CEDAR RAPIDS — Years of talk came to an end Monday when the new $182 million federal courthouse officially opened for business in downtown Cedar Rapids.
The courthouse project, planned for more than a decade, had languished behind other national courthouse-building priorities until the old courthouse was flooded in June 2008.
U.S. District Clerk of Court Rob Phelps said it’s great having all of the 175 tenants together in one building, which hasn’t happened since the flood. The courthouse has been in a temporary location on C Street SW for the last four years, and there wasn’t space for all of the tenants to be at that location.
“It’s really nice,” Chief U.S. Probation Officer John Zielke said as he gave The Gazette a tour of his office. “We have more space and individual offices.
“It definitely helps morale. There’s also more security for us and for the public. We have drug-testing rooms, which is part of probation, and they are separate from our offices.”
Zielke said his office of 27 moved in about a week ago.
Besides the clerk of court and probation offices, judges, the Bankruptcy Court U.S. Attorney’s Office, federal public defenders and the U.S. marshals have moved into the eight-story building that overlooks the Cedar River at 111 Seventh Ave. SE. The only full-time tenants left to move in are the U.S. Trustee’s Office and Sens. Chuck Grassley, R-Iowa, and Tom Harkin, D-Iowa, who also will have office space in the building.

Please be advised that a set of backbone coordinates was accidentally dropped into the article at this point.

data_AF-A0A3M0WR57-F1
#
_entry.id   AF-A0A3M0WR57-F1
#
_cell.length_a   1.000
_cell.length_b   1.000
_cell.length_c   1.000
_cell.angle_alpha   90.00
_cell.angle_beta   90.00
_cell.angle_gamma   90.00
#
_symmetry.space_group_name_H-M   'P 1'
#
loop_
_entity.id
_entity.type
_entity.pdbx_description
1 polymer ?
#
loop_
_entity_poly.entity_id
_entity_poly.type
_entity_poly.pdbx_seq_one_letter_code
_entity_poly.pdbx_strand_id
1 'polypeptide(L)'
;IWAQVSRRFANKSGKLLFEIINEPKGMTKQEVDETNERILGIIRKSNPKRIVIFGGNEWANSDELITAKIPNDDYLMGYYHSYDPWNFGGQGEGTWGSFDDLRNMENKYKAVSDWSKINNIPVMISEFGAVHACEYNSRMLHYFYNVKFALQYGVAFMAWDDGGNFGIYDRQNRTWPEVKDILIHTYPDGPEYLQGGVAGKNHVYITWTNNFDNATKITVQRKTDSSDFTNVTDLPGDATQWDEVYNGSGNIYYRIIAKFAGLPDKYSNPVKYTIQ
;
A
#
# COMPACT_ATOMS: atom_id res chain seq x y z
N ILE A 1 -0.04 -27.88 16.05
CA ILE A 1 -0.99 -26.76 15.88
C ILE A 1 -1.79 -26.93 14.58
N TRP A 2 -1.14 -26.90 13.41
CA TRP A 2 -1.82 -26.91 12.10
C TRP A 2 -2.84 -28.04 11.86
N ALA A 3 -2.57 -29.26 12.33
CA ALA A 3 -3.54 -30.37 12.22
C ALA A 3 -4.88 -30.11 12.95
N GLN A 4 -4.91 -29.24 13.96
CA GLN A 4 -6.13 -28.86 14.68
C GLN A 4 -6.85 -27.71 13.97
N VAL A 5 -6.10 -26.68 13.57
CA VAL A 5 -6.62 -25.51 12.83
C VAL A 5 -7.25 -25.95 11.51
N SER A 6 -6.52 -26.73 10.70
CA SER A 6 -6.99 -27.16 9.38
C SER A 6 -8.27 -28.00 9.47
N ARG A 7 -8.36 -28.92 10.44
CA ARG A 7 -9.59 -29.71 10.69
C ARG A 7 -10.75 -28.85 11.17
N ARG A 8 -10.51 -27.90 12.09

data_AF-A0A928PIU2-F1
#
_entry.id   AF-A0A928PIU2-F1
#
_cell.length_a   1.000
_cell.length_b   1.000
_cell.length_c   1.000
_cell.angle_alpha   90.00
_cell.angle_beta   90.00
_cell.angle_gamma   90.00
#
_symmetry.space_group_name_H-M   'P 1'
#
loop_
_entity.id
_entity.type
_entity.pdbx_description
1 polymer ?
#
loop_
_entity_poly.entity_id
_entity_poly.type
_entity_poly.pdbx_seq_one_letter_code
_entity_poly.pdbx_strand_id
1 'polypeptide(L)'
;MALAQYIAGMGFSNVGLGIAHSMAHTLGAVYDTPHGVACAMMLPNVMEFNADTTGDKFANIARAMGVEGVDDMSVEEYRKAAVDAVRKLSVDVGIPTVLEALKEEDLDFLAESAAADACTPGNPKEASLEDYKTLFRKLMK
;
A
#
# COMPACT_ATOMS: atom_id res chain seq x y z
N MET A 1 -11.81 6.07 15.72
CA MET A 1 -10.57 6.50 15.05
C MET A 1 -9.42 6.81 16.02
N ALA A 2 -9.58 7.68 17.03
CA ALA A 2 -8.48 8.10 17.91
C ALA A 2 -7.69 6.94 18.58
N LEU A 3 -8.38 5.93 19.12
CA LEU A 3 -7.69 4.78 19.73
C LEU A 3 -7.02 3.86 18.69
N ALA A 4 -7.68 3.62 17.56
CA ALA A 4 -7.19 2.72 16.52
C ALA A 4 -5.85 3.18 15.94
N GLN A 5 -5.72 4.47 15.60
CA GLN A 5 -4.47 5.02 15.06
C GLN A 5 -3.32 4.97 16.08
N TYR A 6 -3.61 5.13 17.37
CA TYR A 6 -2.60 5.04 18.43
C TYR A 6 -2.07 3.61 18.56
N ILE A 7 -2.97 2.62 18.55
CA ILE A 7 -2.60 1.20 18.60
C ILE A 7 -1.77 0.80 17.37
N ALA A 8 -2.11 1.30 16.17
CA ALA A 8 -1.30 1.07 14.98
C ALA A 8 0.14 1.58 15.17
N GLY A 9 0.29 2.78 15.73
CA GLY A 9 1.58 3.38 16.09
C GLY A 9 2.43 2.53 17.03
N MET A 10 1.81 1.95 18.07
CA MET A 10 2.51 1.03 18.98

The building features five courtrooms with state-of-the art technology. Phelps said Chief Judge Linda Reade presided over her first hearing in one of the courtrooms and there were no problems.
“It’s on to Day 2,” Phelps said.
U.S. Marshal Kenneth Runde said the biggest advantage to the new courthouse is more space and safety. There are more holding cells for the defendants when they are in the building for hearings and trials, and they have a separate entrance for them, away from the public areas.
Runde said he was enjoying his totally transparent corner office on the seventh floor as he joked about not missing the temporary building with its limited windows, little natural light and low ceilings.
The more than 288,000 square foot federal building has blast-resistant glass around the majority of the building.
The glass allows for a view of the atrium at the entrance of the building, which has a large marble staircase leading up to the second floor. Hanging above the staircase is a large art installation created by artist Ralph Helmick that features silhouettes of men’s and women’s heads to represent jurors.
Helmick created the silhouettes from real people who visited the farmers market this year in downtown Cedar Rapids, Phelps said. The installation is illuminated at night and can be seen from the outside on the Seventh Avenue side of the building.
Helmick, of Newton, Mass., has created several sculptures and installations for diverse public spaces like the Denver Justice Center in Colorado and the Melvin B. Price Federal Building and U.S. Courthouse in East St. Louis, Ill.
An invitation-only dedication for the building will be held Dec. 7, with an open house for the public scheduled for Dec. 14.
Phelps said the building is also open to the public every day. The public areas, which includes the courtrooms, are open 8 a.m. to 4:30 p.m. Monday- Friday.